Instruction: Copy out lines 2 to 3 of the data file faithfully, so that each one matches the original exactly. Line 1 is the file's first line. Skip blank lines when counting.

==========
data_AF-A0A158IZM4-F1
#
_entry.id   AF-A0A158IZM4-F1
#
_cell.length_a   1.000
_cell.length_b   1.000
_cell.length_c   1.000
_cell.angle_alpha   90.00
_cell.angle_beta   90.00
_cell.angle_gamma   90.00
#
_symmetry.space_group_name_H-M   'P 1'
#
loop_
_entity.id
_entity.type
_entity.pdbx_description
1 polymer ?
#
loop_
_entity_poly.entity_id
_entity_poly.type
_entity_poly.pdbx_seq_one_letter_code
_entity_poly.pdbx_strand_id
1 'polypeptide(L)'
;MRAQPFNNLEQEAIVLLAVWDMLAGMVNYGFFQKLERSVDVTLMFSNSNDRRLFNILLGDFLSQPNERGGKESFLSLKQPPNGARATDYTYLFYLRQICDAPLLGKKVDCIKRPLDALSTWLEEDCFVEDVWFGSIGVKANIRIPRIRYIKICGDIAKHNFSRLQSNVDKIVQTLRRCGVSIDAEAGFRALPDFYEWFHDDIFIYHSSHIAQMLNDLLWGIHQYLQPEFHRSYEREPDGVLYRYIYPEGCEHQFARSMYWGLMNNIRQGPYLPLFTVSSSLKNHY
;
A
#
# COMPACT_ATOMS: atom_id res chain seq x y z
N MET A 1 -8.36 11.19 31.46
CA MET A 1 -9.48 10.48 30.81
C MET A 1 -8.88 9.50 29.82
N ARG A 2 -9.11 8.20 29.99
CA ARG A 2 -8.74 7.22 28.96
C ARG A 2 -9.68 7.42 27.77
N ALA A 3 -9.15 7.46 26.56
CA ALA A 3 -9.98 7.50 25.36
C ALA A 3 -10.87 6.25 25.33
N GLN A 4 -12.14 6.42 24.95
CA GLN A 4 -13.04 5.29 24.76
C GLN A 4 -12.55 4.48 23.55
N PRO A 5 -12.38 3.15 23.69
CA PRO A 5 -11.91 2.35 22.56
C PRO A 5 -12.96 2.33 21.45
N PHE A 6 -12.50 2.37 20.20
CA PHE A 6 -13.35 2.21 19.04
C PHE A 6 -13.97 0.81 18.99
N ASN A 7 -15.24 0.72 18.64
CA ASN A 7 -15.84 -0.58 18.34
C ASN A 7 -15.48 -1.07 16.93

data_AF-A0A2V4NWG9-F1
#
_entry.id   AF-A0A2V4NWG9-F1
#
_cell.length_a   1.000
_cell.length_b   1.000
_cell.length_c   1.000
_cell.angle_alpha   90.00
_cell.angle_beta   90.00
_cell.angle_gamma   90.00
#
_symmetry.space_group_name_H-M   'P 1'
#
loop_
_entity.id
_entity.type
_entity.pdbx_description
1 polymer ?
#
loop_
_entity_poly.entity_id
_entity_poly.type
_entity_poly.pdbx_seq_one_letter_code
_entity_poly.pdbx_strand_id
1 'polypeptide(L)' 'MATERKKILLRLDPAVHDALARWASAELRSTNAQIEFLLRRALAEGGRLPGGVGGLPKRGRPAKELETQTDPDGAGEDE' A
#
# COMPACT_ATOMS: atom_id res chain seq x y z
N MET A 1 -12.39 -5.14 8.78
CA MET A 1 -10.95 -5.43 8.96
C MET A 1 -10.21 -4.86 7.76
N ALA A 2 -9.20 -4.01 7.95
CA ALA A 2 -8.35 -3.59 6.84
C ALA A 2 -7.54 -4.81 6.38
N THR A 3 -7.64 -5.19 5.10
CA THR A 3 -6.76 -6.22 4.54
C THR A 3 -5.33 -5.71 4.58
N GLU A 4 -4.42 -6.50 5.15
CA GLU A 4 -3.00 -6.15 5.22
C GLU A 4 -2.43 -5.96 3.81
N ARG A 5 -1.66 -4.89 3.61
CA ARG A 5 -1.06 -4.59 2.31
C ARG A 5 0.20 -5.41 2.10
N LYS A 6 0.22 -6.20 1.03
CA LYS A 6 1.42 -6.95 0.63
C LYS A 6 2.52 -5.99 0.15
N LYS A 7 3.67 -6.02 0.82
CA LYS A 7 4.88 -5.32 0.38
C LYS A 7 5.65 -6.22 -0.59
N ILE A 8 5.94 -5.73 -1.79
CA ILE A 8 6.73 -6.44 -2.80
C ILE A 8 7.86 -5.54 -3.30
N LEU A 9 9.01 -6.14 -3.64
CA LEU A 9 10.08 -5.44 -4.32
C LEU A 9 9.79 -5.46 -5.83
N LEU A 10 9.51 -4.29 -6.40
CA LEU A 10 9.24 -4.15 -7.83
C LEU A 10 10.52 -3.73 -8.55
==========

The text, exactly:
#
_entry.id   AF-A0A158IZM4-F1